When I visit a classroom, one of the first things I often say to kids is, “Today, please don’t erase. I want to see ALL the great work you are doing as a writer. When you erase, your work disappears!”
Often, this is what kids are accustomed to and they continue working away. But sometimes, kids stare at me as if I’ve got two heads. Some kids are confused by the request for no erasing. Others, in fact, give me an angry stare. The perfectionists in the room (even at 7 or 8 years old) sometimes try to sneakily erase anyway. I often circulate the room, coaching into the new routine.
“Just a single line through works perfectly. This way you can see ALL the hard work you’ve done.”
“Wow! Look at all the changes you are making to your writing. You’ve really learned a lot about revising. Can I share how you did this with other kids?”
“Crossing things out to make changes shows that you know that writers are always revising. It shows that you’re working hard on your writing. It shows that you are always thinking and problem solving.”
By noticing and naming the work kids are doing when they cross things out, you can make it replicable–so they can do it over and over again on many pieces of writing, not just the one they happen to have in front of them.
I’m mindful of the kind of language I use. I try to keep in mind what I’ve learned from masterful educators like Peter Johnston, and from researchers like Carol Dweck. I want to use words that will build a sense of agency and independence–a willingness to make mistakes and try and try again. I used to say things like, “Good writers do this…” or “I like/love how you…” Now, instead, I try to use judgement-free language. Instead of teaching kids to do things to get praise from the teacher, I try to name what they’re doing in an objective way, and in a way that gives kids ownership over their work instead of growing their dependence on adults. “I noticed/see how you…” “You must have worked hard on…”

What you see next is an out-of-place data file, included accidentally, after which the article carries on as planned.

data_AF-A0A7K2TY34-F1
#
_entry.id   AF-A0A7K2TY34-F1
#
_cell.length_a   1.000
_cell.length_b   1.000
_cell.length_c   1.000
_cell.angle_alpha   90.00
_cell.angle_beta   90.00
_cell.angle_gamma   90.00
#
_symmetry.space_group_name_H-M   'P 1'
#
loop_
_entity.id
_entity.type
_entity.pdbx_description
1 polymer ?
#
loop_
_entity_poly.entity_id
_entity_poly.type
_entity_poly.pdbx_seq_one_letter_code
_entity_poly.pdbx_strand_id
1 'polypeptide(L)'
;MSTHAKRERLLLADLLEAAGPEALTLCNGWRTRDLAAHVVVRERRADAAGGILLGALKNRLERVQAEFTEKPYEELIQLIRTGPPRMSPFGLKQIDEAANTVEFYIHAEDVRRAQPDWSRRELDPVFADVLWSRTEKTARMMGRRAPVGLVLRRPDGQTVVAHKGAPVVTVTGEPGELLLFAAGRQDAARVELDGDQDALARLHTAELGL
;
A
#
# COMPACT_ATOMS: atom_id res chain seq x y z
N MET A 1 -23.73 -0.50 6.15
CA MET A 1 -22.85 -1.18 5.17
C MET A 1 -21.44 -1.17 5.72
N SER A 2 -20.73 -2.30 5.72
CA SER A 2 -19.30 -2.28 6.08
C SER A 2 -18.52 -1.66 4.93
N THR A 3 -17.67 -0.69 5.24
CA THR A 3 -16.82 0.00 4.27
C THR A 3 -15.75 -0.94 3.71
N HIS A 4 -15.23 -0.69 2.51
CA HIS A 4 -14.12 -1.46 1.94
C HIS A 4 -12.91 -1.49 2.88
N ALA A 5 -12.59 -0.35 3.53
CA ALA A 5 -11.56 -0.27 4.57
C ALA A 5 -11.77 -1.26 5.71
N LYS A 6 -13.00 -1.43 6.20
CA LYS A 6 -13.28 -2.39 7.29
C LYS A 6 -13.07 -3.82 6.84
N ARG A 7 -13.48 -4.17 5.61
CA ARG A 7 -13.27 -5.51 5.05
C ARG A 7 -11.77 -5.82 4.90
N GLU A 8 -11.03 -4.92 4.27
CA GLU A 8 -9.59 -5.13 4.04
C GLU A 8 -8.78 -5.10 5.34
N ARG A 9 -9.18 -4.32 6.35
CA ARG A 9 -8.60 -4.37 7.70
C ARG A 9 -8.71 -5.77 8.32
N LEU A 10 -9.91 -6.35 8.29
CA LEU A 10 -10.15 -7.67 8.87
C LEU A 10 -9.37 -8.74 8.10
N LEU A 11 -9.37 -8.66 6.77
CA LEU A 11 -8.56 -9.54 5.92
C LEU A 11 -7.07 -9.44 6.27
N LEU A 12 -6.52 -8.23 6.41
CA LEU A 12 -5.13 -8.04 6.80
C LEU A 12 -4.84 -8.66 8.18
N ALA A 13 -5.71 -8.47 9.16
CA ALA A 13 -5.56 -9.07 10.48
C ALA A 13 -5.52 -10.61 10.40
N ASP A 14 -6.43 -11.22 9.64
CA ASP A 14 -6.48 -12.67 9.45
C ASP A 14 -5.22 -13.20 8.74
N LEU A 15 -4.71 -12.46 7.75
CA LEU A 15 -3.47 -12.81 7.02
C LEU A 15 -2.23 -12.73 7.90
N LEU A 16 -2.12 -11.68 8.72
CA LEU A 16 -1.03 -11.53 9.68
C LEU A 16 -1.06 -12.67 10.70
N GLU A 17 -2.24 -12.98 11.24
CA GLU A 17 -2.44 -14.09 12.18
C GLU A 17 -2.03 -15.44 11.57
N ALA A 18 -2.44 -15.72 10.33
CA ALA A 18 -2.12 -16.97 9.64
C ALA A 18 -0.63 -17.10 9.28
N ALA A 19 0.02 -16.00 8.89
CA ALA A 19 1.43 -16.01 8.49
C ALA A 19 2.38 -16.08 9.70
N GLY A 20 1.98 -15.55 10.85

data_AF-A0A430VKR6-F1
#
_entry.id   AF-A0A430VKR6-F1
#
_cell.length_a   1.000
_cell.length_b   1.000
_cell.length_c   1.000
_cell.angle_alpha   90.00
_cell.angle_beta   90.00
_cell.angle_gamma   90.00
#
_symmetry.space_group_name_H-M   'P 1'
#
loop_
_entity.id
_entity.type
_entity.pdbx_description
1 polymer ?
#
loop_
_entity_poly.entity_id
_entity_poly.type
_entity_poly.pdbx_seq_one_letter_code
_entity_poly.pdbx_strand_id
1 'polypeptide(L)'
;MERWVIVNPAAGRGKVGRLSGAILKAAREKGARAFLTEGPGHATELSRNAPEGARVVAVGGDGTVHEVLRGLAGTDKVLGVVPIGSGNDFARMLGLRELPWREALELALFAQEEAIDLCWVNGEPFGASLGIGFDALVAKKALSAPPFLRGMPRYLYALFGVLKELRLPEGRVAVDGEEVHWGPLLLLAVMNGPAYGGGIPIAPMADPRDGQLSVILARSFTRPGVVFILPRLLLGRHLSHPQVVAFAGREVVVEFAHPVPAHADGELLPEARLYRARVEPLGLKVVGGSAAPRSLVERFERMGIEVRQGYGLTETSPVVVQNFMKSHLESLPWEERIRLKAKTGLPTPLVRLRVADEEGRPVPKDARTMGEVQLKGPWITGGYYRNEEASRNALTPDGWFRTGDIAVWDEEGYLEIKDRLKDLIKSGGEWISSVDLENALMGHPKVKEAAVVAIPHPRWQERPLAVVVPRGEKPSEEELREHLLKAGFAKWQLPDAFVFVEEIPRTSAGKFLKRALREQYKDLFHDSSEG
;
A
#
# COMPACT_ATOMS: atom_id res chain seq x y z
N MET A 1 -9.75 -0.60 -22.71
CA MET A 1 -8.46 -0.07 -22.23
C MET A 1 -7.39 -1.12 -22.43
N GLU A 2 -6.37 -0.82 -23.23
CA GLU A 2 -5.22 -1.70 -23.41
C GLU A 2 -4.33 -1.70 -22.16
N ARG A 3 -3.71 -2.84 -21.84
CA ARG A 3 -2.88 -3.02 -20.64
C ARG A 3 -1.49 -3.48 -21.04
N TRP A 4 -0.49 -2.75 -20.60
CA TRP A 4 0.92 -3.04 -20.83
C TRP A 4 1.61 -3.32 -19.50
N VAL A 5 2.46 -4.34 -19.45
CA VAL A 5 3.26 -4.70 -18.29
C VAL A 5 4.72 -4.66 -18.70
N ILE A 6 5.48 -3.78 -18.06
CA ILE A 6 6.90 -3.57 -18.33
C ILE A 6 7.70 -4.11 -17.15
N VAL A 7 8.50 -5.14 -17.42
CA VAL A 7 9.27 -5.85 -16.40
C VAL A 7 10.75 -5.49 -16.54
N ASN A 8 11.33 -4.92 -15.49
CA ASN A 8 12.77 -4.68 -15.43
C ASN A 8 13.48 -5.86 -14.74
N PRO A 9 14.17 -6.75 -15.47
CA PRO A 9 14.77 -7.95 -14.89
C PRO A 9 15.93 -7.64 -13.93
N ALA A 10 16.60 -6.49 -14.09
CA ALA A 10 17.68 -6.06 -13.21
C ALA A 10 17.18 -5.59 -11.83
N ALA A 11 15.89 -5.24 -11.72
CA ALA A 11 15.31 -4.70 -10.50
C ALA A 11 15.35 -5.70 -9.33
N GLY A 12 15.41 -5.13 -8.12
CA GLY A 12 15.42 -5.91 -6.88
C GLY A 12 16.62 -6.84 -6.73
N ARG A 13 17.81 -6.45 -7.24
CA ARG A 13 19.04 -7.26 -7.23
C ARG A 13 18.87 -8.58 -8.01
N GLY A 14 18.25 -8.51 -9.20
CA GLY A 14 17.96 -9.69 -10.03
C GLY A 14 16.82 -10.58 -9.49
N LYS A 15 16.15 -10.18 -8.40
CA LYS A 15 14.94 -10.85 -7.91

You see, I can get kids to cross things out for me, by saying over and over “I love how you crossed things out!” But then they’re really only doing it to please the teacher, instead of making changes to their work as a way to solve problems, try new things, and make their own work the best that it can be.
This of course applies to learning across the day… but back to crossing things out instead of erasing…
Kids (and teachers) often wonder why I am such a stickler about this. I go to great lengths to promote crossing out — even cutting the erasers off of pencils and (gasp!) switching to pens instead of pencils.
A few advantages of a consistent, “no-erasing” policy in writing workshop:
- As stated above, erasing makes it impossible to know all the work that the student did, therefore impossible to assess the entire process.
- Erasing implicitly teaches students that we don’t want to see mistakes–when in fact we know that effective teaching must encourage mistakes and problem solving.
- Erasing can be time-consuming, using up important minutes of writing time. Putting a line through it is quick.
- Erasing (ironically) often makes student work more difficult to read.
- Erasing has the potential to become a strategy for “fake writing,” a phenomenon where students look like they are hard at work, when in fact they’ve been writing the same sentence (or drawing the same stick figure) over and over.
- Erasers themselves, as an object, can be distracting with all the various shapes, colors, sizes, wear and tear, and varying levels of quality one might find in a given classroom.
The list could go on. In any case, I’ve yet to experience very many advantages of erasing. I often give older, fluent writers the choice.
Of course, I’m open to changing my mind. As a writer, I am always revising my work, making changes, crossing things out, and adding new bits. As a teacher, I do the same, always making changes to my teaching and revising my own thinking.